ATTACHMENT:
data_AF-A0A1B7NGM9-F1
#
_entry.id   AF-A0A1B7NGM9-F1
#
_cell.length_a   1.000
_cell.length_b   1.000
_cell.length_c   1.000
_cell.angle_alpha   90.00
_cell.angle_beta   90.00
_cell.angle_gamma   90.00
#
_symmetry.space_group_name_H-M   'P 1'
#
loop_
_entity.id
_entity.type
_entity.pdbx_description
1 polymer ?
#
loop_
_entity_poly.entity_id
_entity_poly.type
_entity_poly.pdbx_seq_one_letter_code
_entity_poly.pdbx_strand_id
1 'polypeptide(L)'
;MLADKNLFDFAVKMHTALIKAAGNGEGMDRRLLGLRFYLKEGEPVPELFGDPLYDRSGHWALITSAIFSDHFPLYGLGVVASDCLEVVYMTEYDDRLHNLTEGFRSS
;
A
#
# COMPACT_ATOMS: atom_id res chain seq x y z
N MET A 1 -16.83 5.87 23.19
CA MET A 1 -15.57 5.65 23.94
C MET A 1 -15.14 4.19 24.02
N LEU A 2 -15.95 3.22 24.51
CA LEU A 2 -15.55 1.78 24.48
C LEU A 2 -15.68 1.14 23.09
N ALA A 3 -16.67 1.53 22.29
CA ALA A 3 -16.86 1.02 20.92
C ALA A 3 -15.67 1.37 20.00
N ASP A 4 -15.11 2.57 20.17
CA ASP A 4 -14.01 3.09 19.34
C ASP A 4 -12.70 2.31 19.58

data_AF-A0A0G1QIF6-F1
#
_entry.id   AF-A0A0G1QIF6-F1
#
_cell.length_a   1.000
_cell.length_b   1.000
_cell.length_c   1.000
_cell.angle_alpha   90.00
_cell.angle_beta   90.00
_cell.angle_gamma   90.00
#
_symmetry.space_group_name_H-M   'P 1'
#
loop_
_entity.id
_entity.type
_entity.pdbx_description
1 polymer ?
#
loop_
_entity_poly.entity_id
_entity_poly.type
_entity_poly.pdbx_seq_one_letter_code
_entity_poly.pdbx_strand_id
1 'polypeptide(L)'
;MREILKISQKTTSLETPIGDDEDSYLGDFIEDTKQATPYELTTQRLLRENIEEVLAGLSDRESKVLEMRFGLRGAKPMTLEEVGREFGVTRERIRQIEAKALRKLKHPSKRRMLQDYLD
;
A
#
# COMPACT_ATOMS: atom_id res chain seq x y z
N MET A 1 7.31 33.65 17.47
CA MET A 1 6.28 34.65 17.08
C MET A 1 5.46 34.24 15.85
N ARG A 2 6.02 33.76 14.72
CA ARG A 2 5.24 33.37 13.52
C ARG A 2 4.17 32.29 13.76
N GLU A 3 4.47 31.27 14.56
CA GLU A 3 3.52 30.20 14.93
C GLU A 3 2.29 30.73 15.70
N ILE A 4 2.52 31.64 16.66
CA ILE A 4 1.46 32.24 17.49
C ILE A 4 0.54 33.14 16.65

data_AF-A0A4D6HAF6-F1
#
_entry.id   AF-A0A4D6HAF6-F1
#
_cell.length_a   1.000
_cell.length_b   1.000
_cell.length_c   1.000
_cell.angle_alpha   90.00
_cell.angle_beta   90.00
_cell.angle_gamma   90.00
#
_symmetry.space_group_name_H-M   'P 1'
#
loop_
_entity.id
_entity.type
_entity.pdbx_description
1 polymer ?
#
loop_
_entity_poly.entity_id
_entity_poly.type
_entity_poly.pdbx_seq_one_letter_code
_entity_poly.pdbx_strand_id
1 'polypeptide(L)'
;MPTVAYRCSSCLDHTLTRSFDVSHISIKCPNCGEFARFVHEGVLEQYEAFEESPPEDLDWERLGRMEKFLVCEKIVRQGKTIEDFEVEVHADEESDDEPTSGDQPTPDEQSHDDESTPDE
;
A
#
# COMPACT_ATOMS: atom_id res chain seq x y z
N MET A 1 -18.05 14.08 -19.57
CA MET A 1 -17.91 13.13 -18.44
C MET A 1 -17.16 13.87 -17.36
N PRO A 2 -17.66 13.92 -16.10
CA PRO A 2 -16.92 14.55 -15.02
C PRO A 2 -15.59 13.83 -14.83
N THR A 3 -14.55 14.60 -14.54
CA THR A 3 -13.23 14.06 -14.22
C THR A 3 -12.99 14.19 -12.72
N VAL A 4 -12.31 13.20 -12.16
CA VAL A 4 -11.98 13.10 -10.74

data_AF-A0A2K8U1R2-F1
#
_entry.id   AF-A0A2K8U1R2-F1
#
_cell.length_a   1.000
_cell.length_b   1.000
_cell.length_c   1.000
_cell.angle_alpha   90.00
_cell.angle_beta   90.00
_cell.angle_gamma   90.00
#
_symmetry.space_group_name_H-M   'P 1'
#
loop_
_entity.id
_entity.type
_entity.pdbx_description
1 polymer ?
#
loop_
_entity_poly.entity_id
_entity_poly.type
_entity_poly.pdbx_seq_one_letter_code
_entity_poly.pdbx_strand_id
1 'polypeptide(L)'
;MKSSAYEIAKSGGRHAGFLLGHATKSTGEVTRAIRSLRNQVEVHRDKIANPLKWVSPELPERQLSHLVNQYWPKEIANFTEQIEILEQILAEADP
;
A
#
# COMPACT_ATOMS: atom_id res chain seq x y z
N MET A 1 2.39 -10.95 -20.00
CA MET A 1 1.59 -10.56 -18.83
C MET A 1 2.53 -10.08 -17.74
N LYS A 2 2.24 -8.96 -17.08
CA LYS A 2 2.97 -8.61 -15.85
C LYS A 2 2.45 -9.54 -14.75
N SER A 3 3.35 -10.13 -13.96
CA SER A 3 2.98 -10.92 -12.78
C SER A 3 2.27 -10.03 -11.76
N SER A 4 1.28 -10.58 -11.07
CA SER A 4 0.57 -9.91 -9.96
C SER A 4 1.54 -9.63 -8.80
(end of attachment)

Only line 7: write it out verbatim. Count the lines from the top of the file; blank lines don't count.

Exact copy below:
_cell.length_c   1.000